Anyone who's been married for a while knows very well that marriage can be quite a challenge. Sometimes things go awry and the marriage fails.
Try to imagine then, the additional challenges faced by couples from different cultures; especially those as diverse as Eastern and Western. The failure rate is significantly higher for these couples. They are, of course, fully aware of this before they make the commitment to each other. They are aware of the culture shock and racial discrimination they will probably encounter, the difficulties of acclimatizing to different language, food, climate, customs, and all the other elements of culture. When one moves to another country, the intimate contact of family and friends, and even relatively small things like food, favourite TV programmes, newspapers and so on, are missed.
We must remember also that, like married couples, governments often fall out with each other. Where two countries are on friendly terms now, decades later they may be at war. At that time, the multi-cultural couple may find their advancing age makes internment camp life intolerable.
The couple we introduce in the Philippines wedding page put much thought into their wedding. Jim moved from the US to Philippines temporarily to marry Nila, and they lived together whilst they awaited permission for Nila to live in the US. Two years passed; no permission was granted.
This seems ridiculous; especially if you consider marriages in the US and the number of divorces within the first two years. Jim and Nila were married in every sense of the word, but the US government did not recognise it.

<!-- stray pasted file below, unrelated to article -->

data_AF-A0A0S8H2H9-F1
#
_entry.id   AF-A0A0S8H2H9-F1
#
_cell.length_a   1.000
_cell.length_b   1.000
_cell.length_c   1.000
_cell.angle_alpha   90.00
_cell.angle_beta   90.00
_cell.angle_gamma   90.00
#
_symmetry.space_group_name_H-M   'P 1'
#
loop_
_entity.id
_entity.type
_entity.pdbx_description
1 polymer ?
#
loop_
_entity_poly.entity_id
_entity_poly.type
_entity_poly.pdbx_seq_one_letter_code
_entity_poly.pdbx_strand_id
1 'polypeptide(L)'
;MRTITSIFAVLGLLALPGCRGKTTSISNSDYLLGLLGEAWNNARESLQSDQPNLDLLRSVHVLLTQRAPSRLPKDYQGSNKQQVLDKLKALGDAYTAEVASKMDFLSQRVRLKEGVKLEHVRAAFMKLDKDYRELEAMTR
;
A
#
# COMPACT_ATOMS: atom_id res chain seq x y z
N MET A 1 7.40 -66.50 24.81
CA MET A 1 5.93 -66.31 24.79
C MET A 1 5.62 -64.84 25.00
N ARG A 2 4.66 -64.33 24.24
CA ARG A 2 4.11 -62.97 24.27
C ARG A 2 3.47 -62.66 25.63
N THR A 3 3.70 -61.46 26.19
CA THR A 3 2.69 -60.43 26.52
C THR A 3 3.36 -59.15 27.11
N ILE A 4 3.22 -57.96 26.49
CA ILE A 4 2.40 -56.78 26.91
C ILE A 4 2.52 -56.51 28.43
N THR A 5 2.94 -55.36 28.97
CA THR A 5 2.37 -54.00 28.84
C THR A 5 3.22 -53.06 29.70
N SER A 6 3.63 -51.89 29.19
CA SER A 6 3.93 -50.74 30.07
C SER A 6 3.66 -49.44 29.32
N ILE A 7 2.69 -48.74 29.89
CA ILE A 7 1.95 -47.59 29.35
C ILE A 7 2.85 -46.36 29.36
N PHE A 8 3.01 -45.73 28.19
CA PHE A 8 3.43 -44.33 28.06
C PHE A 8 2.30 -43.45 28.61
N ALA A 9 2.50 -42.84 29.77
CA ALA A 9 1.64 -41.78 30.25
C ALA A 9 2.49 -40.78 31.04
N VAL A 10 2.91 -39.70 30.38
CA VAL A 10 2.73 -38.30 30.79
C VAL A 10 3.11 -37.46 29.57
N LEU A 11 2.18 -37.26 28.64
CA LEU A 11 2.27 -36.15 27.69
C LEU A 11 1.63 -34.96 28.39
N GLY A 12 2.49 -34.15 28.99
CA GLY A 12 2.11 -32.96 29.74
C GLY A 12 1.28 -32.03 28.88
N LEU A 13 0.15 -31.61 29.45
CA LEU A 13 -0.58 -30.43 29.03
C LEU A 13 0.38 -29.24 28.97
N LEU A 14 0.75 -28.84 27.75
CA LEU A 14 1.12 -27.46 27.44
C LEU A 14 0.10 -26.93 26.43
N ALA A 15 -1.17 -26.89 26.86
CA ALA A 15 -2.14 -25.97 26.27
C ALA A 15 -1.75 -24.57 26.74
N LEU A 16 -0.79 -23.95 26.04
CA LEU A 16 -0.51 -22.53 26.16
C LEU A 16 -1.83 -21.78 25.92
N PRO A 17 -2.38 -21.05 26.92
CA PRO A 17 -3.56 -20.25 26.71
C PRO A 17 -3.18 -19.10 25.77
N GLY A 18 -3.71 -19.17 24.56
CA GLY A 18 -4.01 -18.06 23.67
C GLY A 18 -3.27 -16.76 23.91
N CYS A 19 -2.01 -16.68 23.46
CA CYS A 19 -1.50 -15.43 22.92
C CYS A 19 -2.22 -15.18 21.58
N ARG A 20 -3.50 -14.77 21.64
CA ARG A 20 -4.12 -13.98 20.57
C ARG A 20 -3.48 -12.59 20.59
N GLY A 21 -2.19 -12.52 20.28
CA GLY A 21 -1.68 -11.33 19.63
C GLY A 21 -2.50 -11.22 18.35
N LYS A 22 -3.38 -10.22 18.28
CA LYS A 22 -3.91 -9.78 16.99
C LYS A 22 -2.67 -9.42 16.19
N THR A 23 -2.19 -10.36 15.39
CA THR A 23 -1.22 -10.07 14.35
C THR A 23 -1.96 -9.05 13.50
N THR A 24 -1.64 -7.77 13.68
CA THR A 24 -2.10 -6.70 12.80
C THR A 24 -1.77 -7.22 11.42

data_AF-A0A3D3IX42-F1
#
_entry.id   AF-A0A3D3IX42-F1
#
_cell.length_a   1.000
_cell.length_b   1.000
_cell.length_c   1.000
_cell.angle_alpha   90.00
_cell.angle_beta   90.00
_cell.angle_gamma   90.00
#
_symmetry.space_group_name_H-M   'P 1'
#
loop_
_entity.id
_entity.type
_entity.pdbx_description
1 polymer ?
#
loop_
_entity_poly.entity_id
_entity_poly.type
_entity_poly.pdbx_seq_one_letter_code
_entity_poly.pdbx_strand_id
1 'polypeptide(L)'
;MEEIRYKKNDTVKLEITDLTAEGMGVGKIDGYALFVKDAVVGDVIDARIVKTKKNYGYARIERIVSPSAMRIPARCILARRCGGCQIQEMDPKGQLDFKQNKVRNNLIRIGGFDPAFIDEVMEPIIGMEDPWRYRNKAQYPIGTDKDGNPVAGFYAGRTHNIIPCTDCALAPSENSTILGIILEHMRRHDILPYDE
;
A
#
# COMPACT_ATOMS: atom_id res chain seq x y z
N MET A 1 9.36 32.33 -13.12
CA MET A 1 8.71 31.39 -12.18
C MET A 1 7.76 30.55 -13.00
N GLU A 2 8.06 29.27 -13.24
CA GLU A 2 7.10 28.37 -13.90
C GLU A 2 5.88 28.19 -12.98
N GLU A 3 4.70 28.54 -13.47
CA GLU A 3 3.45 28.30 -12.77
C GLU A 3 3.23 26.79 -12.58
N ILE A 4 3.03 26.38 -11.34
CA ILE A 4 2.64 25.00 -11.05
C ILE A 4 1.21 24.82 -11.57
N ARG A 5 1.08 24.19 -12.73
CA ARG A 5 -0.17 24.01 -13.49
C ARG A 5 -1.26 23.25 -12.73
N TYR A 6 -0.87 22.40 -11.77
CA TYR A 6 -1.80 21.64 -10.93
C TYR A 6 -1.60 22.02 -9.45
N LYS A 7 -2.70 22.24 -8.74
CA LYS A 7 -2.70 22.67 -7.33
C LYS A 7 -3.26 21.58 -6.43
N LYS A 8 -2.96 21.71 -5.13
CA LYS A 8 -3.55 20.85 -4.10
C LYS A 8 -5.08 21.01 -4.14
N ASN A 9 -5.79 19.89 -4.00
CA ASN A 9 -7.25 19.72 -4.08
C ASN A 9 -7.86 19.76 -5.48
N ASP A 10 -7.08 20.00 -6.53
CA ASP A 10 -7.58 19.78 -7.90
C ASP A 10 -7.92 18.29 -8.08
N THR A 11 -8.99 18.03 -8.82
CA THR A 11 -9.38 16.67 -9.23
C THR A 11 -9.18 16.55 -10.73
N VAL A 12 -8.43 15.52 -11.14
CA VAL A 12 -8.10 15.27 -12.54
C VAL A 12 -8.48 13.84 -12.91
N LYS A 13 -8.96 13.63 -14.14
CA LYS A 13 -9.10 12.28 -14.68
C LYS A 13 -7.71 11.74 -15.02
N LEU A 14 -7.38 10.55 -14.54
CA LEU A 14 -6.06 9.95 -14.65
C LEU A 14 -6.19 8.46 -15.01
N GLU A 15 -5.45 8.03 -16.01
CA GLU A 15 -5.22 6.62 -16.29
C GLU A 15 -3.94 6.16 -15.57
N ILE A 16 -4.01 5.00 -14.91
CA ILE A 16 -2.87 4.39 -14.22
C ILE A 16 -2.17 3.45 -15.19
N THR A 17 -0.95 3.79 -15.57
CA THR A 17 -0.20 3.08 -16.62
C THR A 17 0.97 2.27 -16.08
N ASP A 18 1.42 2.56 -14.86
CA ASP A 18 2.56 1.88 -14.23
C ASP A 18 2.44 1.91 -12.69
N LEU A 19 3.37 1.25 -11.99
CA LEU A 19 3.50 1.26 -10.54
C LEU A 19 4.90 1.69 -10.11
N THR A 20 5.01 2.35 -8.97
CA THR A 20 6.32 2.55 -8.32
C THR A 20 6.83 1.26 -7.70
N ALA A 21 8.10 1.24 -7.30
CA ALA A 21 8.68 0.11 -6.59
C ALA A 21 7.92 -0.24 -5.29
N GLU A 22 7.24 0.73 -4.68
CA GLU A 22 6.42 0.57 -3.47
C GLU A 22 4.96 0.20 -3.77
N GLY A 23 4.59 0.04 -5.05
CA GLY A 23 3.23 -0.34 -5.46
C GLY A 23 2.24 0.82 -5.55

Of course, the only really important matter is that Jim and Nila recognise their marriage to each other, and for that reason, they will live together happily ever after, where ever that may be. And it may well have to be in Philippines. Fortunately Nila is comfortable there because it is her home, and Jim is enjoying how far the US dollar goes in Philippines.
In this case, the US government's refusal is not a disaster, but living the rest of their days in Philippines was not their original plan. And this is one example of how living under a 'foreign' government can force personal plans to be changed; much more than government interference on other citizens.
On the plus side, however, the couple can enjoy the benefit of experiencing another culture in a way denied to the rest of us who just visit these places as tourists. Multi-culturalism helps spread understanding and through such understanding, wars can be avoided. Nevertheless, the challenges are still great and we should keep these couples in our prayers.
Before making such commitments, couples owe it to each other to plan for the worse-case scenario.